boolean taken2 [] = new boolean[cityList.length];
int off1 [] = new int[cityList.length];
int off2 [] = new int[cityList.length];

for ( int i=0;i<cityList.length;i++ ) {
taken1[i] = false;
taken2[i] = false;
}

for ( int i=0;i<cityList.length;i++ ) {
if ( i<cutpoint1 || i>= cutpoint2 ) {
off1[i] = -1;
off2[i] = -1;
} else {
int imother = cityList[i];
int ifather = father.getCity(i);
off1[i] = ifather;
off2[i] = imother;
taken1[ifather] = true;
taken2[imother] = true;
}
}

for ( int i=0;i<cutpoint1;i++ ) {
if ( off1[i] == -1 ) {
for ( int j=0;j<cityList.length;j++ ) {
int imother = cityList[j];
if ( !taken1[imother] ) {
off1[i] = imother;
taken1[imother] = true;
break;
}
}
}
if ( off2[i] == -1 ) {
for ( int j=0;j<cityList.length;j++ ) {
int ifather = father.getCity(j);
if ( !taken2[ifather] ) {
off2[i] = ifather;
taken2[ifather] = true;
break;
}
}
}
}
for ( int i=cityList.length-1;i>=cutpoint2;i-- ) {
if ( off1[i] == -1 ) {
for ( int j=cityList.length-1;j>=0;j-- ) {
int imother = cityList[j];
if ( !taken1[imother] ) {
off1[i] = imother;
taken1[imother] = true;
break;
}
}
}
if ( off2[i] == -1 ) {
for ( int j=cityList.length-1;j>=0;j-- ) {
int ifather = father.getCity(j);
if ( !taken2[ifather] ) {
off2[i] = ifather;
taken2[ifather] = true;
break;
}
}
}
}

offspring1.setCities(off1);
offspring2.setCities(off2);

int mutate = 0;
if ( Math.random() < mutationPercent ) {
int iswap1 = (int) (0.999999*Math.random()*(double)(cityList.length));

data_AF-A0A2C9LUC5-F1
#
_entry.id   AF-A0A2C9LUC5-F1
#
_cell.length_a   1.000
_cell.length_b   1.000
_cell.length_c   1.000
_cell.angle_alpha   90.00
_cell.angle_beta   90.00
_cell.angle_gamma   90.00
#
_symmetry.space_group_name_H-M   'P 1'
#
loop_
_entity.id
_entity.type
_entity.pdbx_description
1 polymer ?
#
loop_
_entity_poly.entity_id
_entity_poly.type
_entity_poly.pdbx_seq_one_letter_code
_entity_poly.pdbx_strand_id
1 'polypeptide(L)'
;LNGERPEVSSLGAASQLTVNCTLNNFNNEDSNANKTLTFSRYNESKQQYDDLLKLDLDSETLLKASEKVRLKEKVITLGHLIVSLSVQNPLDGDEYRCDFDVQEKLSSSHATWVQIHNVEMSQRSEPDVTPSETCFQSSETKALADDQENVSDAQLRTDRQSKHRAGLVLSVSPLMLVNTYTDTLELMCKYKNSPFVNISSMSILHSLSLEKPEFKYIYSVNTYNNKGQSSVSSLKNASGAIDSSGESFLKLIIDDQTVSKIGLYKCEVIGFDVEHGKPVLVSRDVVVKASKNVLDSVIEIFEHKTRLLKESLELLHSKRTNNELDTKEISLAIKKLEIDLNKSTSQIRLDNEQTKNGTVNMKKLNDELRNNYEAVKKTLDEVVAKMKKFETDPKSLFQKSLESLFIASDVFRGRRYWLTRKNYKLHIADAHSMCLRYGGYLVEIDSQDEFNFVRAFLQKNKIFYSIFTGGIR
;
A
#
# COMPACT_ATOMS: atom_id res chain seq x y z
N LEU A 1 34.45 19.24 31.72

int iswap2 = (int) (0.999999*Math.random()*(double)cityList.length);
int i = off1[iswap1];
off1[iswap1] = off1[iswap2];
off1[iswap2] = i;
mutate++;
}
if ( Math.random() < mutationPercent ) {
int iswap1 = (int) (0.999999*Math.random()*(double)(cityList.length));
int iswap2 = (int) (0.999999*Math.random()*(double)cityList.length);
int i = off2[iswap1];
off2[iswap1] = off2[iswap2];
off2[iswap2] = i;
mutate++;
}
return mutate;
}

public static void sortChromosomes(Chromosome chromosomes[],int num) {
Chromosome ctemp;
boolean swapped = true;
while ( swapped ) {
swapped = false;
for ( int i=0;i<num-1;i++ ) {
if ( chromosomes[i].getCost() > chromosomes[i+1].getCost() ) {
ctemp = chromosomes[i];
chromosomes[i] = chromosomes[i+1];
chromosomes[i+1] = ctemp;
swapped = true;
}
}
}
}
}
```

The most important method provided by the Chromosome class is the mate method. This method will cause a father, which is passed in as a parameter, to mate with the mother class. We will now examine this method and see the algorithm used to combine the genetic material from two chromosomes to produce two offspring.

First a random cut point is chosen that will determine what percent of the genes, which are legs in the journey from city to city, will be taken from each parent.

```  int cutpoint1 = (int) (0.999999*Math.random()*(double)(cityList.length-cutLength));
int cutpoint2 = cutpoint1 + cutLength;
```

Next two boolean arrays are setup so that we can remember which genes were taken from each parent. This array is initialized to false.

```  boolean taken1 [] = new boolean[cityList.length];
boolean taken2 [] = new boolean[cityList.length];
int off1 [] = new int[cityList.length];
int off2 [] = new int[cityList.length];

for ( int i=0;i<cityList.length;i++ ) {
taken1[i] = false;
taken2[i] = false;
}
```

The mating process is a relatively straightforward process. The mother and father chromosomes are both "cut" at two points. This divides each into three sections. These three sections are then selectively spliced back together to form two offspring. First we will handle the middle component. The following lines of code do this.

```  for ( int i=0;i<cityList.length;i++ ) {